Concerns that the end of the furlough scheme in September 2021 would be followed by a sharp rise in unemployment proved to be unfounded, with the flash estimate of the number of people on UK payrolls increasing to 29.4m in October 2021, an increase of 166,000 from the previous month and greater than before the pandemic. This is positive news as it suggests that the majority of the 1.1m still on the furlough scheme when it ended on 30 September 2021 have been able to retain their jobs or have found work elsewhere.
The chart shows how payrolled employees increased gradually before the pandemic from 27.7m in October 2015 to 28.1m in October 2016, 28.5m in October 2017, 28.8m in October 2018 and 29.0m in October 2019, peaking in November 2019 at 29.1m. Numbers fell to 28.9m in February 2020 although on a seasonally adjusted basis the numbers increased slightly. Those in work fell significantly by the end of March 2020 to 22.0m when 6.8m were placed on furlough under the government’s Coronavirus Job Retention Scheme (CJRS) and to 19.7m at the end of April 2020 when 8.8m were on furlough.
Despite the furlough scheme overall payrolled numbers fell during the pandemic from 28.9m in March 2020 (including 6.8m on furlough) to 28.2m in October 2020 (when 2.4m were on furlough) to 28.0m at its lowest in January and February 2021 (when 4.9m and 4.7m were on furlough), before gradually rising to 29.2m in September 2021 (when 1.1m were on furlough) and 29.4m in October 2021 (when no one was on furlough).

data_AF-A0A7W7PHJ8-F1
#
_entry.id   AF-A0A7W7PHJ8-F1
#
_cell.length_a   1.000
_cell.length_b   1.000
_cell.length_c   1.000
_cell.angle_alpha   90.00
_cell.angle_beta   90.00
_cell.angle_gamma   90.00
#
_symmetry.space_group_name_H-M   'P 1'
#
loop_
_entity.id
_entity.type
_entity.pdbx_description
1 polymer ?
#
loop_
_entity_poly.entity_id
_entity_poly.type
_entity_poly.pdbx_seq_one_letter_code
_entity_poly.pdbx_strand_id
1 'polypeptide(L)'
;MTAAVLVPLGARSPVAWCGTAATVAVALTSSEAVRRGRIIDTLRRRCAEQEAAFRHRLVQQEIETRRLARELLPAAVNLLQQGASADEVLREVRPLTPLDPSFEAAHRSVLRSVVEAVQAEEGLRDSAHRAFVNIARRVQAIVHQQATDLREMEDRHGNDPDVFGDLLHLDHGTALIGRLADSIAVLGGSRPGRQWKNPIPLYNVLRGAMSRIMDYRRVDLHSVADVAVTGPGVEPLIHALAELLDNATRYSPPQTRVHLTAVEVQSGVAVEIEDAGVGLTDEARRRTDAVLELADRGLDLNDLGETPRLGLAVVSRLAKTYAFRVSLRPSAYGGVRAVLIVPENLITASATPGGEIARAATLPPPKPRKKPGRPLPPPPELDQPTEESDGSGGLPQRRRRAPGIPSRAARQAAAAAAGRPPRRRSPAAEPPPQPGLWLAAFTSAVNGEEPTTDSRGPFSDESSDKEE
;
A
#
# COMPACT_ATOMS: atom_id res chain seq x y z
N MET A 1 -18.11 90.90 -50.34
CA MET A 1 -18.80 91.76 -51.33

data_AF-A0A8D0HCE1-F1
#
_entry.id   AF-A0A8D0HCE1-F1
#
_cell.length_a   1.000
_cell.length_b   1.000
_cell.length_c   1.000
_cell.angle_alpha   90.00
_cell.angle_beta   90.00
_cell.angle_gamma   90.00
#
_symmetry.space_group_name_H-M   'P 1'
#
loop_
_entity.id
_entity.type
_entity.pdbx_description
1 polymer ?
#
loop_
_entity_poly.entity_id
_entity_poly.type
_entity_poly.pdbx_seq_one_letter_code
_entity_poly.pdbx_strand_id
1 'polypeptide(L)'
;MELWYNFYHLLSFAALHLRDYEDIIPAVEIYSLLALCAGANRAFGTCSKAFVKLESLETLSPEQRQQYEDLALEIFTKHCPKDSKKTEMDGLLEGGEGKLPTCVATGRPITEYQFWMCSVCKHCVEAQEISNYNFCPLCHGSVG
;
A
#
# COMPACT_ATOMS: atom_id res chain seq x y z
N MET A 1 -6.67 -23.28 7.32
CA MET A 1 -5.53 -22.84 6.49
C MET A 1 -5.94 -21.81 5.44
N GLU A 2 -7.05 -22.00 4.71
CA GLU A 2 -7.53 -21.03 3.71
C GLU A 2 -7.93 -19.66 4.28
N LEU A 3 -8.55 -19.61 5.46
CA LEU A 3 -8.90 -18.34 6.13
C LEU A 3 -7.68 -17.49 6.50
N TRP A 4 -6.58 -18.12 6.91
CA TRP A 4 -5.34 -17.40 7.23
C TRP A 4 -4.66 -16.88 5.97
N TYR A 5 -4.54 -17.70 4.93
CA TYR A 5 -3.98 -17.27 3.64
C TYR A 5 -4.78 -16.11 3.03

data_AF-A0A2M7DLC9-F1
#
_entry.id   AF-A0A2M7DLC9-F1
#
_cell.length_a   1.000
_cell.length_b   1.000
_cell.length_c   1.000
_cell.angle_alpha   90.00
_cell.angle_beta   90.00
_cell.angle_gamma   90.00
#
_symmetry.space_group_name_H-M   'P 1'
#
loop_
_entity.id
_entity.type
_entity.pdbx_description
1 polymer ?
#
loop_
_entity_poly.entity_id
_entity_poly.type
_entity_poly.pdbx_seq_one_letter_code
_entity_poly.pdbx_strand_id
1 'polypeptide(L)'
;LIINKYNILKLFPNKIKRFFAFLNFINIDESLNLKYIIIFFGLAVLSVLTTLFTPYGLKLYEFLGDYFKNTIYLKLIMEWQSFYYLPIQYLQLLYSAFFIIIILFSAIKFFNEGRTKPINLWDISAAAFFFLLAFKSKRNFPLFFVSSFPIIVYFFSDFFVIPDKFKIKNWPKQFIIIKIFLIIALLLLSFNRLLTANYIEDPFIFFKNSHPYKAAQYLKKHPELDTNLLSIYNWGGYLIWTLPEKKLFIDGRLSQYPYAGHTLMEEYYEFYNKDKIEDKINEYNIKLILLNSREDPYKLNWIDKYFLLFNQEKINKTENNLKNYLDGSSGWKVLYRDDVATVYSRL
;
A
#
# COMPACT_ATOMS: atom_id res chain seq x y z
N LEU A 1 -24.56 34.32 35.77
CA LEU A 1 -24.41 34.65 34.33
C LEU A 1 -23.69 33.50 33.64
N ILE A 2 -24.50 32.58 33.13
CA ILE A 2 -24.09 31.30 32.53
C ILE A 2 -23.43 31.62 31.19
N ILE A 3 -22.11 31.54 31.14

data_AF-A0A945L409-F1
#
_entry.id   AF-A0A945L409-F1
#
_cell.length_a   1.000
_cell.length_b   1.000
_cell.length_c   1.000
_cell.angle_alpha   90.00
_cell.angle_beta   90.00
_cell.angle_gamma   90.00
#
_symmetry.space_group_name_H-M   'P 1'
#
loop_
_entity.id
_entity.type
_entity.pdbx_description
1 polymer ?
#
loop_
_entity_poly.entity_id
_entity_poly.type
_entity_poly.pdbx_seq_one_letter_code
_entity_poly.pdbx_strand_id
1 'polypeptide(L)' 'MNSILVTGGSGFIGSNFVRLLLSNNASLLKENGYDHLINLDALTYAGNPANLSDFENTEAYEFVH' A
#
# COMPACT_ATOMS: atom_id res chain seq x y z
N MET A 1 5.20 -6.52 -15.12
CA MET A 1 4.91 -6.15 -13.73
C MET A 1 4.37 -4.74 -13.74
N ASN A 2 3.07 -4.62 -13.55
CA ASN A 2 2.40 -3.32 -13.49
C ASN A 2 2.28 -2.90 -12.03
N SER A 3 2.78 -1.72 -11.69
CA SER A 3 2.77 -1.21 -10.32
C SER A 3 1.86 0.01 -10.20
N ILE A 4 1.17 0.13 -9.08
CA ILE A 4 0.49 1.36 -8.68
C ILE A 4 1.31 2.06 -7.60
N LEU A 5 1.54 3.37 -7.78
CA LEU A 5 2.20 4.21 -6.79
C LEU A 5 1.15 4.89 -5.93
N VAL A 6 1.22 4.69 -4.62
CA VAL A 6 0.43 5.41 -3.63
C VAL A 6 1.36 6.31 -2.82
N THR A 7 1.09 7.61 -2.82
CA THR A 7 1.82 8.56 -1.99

Although the flash numbers for October 2021 are provisional and subject to change, they should be sufficiently reliable for policy makers to take some comfort that the furlough scheme has done its job in stabilising the economy and avoiding significant levels of unemployment. However, with the pandemic still not over, there will be concerns about whether growth in employment can be maintained over the coming months.
According to the ONS, the median monthly pay in October 2021 was £2,005, slightly down on the £2,010 reported for September 2021, but an increase of 4.9% compared with the £1,911 calculated for October 2020. The latter compares with consumer price inflation of 4.2% over the same period.
The idea that we might be emerging from the pandemic with higher levels of employment and wages than before it started might have seemed unlikely at the start of the first lockdown. But then at an estimated total cost of £370bn, of which £70bn was for the CJRS, the eye watering sums incurred by the government in getting to this position have been far from insubstantial.
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